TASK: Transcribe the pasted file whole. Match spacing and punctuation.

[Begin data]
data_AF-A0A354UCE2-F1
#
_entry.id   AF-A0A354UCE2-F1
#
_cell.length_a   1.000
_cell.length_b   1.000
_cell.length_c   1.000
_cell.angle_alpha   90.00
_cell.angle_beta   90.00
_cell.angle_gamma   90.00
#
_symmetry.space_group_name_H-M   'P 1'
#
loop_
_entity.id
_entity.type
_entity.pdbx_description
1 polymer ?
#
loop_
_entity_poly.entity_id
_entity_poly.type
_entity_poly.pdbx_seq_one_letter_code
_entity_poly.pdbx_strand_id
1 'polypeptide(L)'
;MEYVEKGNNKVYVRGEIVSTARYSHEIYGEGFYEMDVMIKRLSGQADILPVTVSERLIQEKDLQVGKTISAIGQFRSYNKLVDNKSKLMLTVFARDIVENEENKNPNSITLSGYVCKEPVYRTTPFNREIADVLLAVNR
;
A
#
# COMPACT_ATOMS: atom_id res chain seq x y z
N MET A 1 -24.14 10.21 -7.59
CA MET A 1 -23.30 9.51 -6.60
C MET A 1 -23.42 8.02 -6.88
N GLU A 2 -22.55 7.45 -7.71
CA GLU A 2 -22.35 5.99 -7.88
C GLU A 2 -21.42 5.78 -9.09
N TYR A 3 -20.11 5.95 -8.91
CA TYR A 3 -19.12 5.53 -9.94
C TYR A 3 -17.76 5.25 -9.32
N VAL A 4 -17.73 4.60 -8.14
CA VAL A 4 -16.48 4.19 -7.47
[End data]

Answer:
data_AF-A0A354UCE2-F1
#
_entry.id   AF-A0A354UCE2-F1
#
_cell.length_a   1.000
_cell.length_b   1.000
_cell.length_c   1.000
_cell.angle_alpha   90.00
_cell.angle_beta   90.00
_cell.angle_gamma   90.00
#
_symmetry.space_group_name_H-M   'P 1'
#
loop_
_entity.id
_entity.type
_entity.pdbx_description
1 polymer ?
#
loop_
_entity_poly.entity_id
_entity_poly.type
_entity_poly.pdbx_seq_one_letter_code
_entity_poly.pdbx_strand_id
1 'polypeptide(L)'
;MEYVEKGNNKVYVRGEIVSTARYSHEIYGEGFYEMDVMIKRLSGQADILPVTVSERLIQEKDLQVGKTISAIGQFRSYNKLVDNKSKLMLTVFARDIVENEENKNPNSITLSGYVCKEPVYRTTPFNREIADVLLAVNR
;
A
#
# COMPACT_ATOMS: atom_id res chain seq x y z
N MET A 1 -24.14 10.21 -7.59
CA MET A 1 -23.30 9.51 -6.60
C MET A 1 -23.42 8.02 -6.88
N GLU A 2 -22.55 7.45 -7.71
CA GLU A 2 -22.35 5.99 -7.88
C GLU A 2 -21.42 5.78 -9.09
N TYR A 3 -20.11 5.95 -8.91
CA TYR A 3 -19.12 5.53 -9.94
C TYR A 3 -17.76 5.25 -9.32
N VAL A 4 -17.73 4.60 -8.14
CA VAL A 4 -16.48 4.19 -7.47